• Unlike the Egyptian—and many other—obelisks, the Axumite obelisk is topped by a semi-circular section which was once enclosed by frames made of shiny metals.
  • The function of the Obelisk is to serve as a marker for subterranean burial chambers.
  • Although it is commonly referred to as an Obelisk, its proper designation is a stele. Many other similar, albeit smaller, stelae exist in Ethiopia dating back from the Axumite Kingdom.

Obelisks of Rome

Although not as ancient as their counterparts in Egypt, there are many obelisks in Roma. In fact, the city of Rome is home to the most obelisks in the world. Many of these were moved to Rome in antiquity. Rome is home to eight ancient Egyptian obelisks, as well as five obelisks carved during the ancient Roman Era.

Rome is also home to the largest standing ancient Egyptian obelisk in the world with an estimated total weight of around 455 tons when it was completed. Since it was restored, its total weight is estimated at between 320 and 330 tons. It was taken from the Temple of Amun in Karnak and brought to Rome in 357.

Re-erection of the Vatican Obelisk by the Renaissance architect Domenico Fontana in 1586. Image Credit: Niccola Zabaglia / Wikimedia Commons.
Re-erection of the Vatican Obelisk by the Renaissance architect Domenico Fontana in 1586. Image Credit: Wikimedia Commons.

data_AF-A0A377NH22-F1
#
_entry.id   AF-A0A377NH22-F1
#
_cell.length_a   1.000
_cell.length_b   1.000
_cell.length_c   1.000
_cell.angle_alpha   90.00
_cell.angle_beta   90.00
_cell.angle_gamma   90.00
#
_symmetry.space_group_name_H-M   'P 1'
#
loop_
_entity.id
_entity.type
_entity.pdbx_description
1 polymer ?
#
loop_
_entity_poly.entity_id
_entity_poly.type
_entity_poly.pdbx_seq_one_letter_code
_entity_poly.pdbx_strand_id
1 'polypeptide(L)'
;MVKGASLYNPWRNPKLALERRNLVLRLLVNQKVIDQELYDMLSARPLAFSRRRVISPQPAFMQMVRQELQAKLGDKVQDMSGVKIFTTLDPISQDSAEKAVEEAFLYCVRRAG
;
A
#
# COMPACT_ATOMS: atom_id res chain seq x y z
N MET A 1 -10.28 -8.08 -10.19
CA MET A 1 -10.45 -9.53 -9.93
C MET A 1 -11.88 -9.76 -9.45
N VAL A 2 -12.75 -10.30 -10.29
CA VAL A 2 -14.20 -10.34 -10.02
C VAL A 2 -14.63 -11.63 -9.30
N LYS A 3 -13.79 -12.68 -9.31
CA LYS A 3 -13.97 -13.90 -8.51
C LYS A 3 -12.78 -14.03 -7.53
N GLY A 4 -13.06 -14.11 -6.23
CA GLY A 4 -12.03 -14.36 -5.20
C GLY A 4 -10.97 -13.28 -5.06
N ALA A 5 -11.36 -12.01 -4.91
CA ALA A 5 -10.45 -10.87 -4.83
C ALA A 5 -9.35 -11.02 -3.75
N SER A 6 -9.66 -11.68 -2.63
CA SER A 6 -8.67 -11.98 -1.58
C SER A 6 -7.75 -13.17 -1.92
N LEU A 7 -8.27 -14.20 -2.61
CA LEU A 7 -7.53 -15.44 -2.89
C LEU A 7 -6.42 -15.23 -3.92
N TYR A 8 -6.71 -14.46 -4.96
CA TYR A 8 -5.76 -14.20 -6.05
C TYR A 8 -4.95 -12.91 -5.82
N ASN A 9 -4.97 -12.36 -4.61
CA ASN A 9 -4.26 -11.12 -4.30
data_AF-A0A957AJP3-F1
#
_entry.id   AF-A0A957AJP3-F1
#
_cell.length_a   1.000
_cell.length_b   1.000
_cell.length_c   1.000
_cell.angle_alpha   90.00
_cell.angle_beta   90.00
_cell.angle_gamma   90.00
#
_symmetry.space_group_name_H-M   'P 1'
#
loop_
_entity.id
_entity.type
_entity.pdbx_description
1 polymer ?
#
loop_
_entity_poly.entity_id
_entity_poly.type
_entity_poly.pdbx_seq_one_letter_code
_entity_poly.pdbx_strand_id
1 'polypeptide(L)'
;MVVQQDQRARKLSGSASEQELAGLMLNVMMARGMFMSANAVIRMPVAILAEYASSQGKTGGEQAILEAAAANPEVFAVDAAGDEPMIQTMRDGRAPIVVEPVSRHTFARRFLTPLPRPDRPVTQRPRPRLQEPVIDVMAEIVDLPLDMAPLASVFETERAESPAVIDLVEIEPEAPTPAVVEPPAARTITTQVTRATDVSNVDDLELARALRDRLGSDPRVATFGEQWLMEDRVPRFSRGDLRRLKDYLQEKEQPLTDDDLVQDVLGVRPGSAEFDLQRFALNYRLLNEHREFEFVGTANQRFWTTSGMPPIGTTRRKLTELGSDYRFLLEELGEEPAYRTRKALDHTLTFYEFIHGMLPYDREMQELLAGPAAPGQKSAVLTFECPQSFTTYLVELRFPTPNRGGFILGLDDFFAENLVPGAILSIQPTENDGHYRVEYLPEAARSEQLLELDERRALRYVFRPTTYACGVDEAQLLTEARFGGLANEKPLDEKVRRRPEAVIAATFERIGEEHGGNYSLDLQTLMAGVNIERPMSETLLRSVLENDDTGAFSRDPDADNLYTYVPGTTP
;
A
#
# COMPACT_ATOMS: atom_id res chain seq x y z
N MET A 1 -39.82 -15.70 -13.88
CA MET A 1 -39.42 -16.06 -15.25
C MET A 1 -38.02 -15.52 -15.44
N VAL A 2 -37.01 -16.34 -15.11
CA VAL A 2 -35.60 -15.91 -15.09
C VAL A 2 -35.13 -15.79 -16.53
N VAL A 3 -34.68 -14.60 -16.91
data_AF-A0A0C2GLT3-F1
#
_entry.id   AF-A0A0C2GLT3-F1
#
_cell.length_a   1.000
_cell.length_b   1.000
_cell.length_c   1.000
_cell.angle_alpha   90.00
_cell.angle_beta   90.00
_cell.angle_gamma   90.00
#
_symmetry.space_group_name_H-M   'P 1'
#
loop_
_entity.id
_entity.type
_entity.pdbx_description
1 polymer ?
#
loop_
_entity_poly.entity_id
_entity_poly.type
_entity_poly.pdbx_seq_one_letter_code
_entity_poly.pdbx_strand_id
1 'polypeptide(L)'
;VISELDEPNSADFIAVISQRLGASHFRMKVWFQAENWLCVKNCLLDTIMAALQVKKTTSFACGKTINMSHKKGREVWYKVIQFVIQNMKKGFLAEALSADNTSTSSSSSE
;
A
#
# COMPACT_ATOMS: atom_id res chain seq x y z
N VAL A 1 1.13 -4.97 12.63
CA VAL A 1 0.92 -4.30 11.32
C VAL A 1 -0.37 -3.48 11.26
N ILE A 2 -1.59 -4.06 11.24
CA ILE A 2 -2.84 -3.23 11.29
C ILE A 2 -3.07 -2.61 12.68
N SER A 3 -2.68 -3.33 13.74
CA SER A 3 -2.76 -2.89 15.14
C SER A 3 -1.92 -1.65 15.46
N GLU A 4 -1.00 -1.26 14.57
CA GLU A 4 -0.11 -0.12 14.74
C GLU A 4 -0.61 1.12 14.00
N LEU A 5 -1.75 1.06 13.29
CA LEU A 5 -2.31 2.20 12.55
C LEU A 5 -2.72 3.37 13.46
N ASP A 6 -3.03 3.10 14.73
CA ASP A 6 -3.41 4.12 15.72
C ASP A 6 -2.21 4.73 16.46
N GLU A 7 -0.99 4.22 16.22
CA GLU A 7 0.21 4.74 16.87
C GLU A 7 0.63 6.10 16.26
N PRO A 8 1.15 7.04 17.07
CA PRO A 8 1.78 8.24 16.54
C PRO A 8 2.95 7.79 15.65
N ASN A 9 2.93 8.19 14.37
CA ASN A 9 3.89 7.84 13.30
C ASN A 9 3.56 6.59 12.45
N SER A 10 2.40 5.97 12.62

Since there are various obelisks in Rome, I can’t pick out one in particular so here are five facts about the Roman Obelisks.

  • Ancient Rome took possession of various Egyptian artifacts and several obelisks. The largest obelisks were transported through the Nile river, across the Mediterranean, and then to Rome.
  • The tallest Obelisk in Rome is also the largest standing Egyptian obelisk in the world weighing 455 tons. This obelisk was transported to Rome with the help of special obelisk-transporting ships, specifically built for the task.
  • The first ancient Egyptian Obelisk transported to Rome was the Flaminian obelisk, which was taken from the ancient city of Heliopolis around 10 BC. It has an estimated weight of 263 tons and was also transported using Obelisk ships.
  • Although there are various obelisks in Rome, many of which were taken from elsewhere, only two texts exist that refer to Obelisk Ships transporting the massive stones from Egypt across the Mediterranean. The first reference comes from Pliny the Elder who wrote how “great Ships” transported the Vatican Obelisk in 40 CE. Another description by Ammianus Marcellinus mentions how the Lateran Obelisk was taken from Egypt to Rome in 357 CE.
  • In addition to the ancient Egyptian and Roman-era Obelisks, the city of Rome is home to five modern Obelisks dating back to the 19th century.

Join the discussion and participate in awesome giveaways in our mobile Telegram group. Join Curiosmos on Telegram Today.

Written by Ivan Petricevic

I've been writing passionately about ancient civilizations, history, alien life, and various other subjects for more than eight years. You may have seen me appear on Discovery Channel's What On Earth series, History Channel's Ancient Aliens, and Gaia's Ancient Civilizations among others.

Write for us

We’re always looking for new guest authors and we welcome individual bloggers to contribute high-quality guest posts.

Get In Touch